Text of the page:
Eupen is part of Belgium's so-called east cantons, mostly clustered in an 854 square kilometer area that also includes the cities of St. Vith and Malmedy. As one of the country's three official language communities, the cities dominated by German speakers are afforded a considerable degree of autonomy under the Belgian constitution. But the area's approximately 71,000 residents still fall under the jurisdication of the mostly French-speaking Wallonian region - a situation which has led to considerable conflict in recent months.

Calling for a referendum

In July, the Wallonian government rejected a request by the German-speaking community to take over additional governing responsibilities. Ever since, the local minister president of Eupen's German-speaking community, has been calling for a referendum that could determine its future.

"We want to become Belgium's fourth region next to Flanders, Wallonia and Brussels," Minister President Karl-Heinz Lambertz told DW-WORLD.

Words like these are not among those Wallonian Minister President Jean-Cleude Van Cauwenberghe may be keen on hearing. Last month, in an interview with the Belgian daily "Le Soir," the Wallonian leader threatened to stop on-going negotiations aimed at transferring more authority to the German-speaking community if Lambertz didn't immediately cease with his referendum and fourth-region talk.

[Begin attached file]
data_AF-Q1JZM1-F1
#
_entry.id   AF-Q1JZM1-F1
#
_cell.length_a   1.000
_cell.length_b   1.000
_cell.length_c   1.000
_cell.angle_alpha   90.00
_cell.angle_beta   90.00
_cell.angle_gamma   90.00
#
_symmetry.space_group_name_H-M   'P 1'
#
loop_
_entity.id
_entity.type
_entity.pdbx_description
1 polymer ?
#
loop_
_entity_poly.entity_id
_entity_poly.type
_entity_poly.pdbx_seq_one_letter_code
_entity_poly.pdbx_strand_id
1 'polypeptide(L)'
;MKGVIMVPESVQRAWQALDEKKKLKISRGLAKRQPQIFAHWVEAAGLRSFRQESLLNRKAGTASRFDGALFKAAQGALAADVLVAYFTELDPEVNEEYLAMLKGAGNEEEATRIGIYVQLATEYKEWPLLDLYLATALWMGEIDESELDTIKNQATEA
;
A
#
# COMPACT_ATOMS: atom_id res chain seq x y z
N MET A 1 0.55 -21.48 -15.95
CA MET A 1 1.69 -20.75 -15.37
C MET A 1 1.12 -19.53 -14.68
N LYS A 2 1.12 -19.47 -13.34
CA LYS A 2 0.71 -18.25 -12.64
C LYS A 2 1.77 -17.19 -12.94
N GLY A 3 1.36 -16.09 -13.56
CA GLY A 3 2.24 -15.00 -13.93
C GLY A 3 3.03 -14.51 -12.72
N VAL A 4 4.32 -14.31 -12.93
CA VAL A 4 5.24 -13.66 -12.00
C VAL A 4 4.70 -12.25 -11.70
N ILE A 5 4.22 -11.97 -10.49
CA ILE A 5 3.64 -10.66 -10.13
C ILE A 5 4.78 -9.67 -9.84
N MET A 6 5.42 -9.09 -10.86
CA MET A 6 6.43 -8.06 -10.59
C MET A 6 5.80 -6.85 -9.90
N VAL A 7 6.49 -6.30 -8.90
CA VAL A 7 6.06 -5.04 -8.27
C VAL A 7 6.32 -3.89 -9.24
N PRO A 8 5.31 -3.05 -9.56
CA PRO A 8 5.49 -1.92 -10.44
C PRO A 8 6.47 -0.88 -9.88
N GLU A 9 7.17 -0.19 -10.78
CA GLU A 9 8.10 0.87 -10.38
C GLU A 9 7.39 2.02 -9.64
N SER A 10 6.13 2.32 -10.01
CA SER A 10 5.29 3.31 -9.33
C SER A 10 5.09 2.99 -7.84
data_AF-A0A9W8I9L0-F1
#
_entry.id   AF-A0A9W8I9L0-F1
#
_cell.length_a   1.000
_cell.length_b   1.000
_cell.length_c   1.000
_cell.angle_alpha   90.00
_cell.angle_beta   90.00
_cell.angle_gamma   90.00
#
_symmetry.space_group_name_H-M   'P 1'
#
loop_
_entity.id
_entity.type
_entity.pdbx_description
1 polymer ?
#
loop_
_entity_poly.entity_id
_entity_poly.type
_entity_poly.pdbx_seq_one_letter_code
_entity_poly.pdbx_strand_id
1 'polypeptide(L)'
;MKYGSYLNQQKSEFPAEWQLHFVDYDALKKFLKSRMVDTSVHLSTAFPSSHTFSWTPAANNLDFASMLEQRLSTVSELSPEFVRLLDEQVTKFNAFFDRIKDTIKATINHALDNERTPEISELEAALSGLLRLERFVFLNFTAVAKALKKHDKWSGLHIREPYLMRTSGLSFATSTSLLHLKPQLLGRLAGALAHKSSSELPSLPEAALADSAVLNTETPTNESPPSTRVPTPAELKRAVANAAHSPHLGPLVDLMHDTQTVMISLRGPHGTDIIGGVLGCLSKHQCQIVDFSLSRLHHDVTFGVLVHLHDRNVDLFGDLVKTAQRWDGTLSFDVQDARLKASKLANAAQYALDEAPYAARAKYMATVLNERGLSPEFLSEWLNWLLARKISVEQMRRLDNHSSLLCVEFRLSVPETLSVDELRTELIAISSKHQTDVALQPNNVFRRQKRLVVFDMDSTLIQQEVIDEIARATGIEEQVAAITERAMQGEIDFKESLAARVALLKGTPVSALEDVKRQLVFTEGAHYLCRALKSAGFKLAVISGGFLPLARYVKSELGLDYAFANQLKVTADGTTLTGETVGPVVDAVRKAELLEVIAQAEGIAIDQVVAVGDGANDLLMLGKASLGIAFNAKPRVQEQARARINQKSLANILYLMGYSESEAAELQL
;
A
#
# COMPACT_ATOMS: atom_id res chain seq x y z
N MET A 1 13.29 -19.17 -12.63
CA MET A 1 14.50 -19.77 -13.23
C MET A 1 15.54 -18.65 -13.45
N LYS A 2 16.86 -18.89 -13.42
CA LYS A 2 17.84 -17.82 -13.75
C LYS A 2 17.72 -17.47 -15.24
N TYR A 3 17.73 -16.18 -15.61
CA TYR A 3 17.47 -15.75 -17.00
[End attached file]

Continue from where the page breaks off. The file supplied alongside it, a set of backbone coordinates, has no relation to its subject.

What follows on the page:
One of the reasons why Lambertz is pushing for more autonomy is that although the German-speaking community is well looked after, he says there is still a lot of unintended discrimination in the area.

"The Wallonians often like to say – and they don't mean this aggressively – that we are German-speaking Wallonians," he says, "but people here don't feel that way. Yes, they're residents of Wallonia, but they don't feel like Wallonians because their language and culture are different." He also emphasizes that locals are proud Belgians, and that their biggest connection to Germany, besides economic ties, is the language.

The full text is here:

Wednesday, October 22nd, 2008, 09:20 PM
Vennbahn (German exclaves in Belgium)

Five exclaves created by a Belgian railway track that cuts into German territory between the German towns of Rötgen and Monschau, south of Aachen. Belgium owns the railway track with the territory on which it is built, making enclaves out of the five pieces of land separated from the rest of Germany.

The exclaves are called Munsterbildchen, Rötgener Wald [which comprises the southern parts of the town of Rötgen], Rückschlag, Mützenich and Ruitzhof.

At boundary marker no. 750 it may look on this Belgian map like the Mützenich enclave is connected to Germany proper over the railroad. But the Germans, who show the road as Belgian would surely be the most likely of the two parties to show it correctly if it was German. Therefore we conclude that Mützenich is a German exclave.



Hauke Haien
Wednesday, October 22nd, 2008, 09:55 PM
The Wallonians often like to say – and they don't mean this aggressively – that we are German-speaking Wallonians
This is basically the same fairy tale told to the Alsatians and the inevitable result when walha are allowed to have power over our people. The situation in Eupen-Malmedy is a particular joke played on us by the French on behalf of the fake nation called Belgium. I am curious, though, whether the Vlaamse Beweging has ties to our Germans there?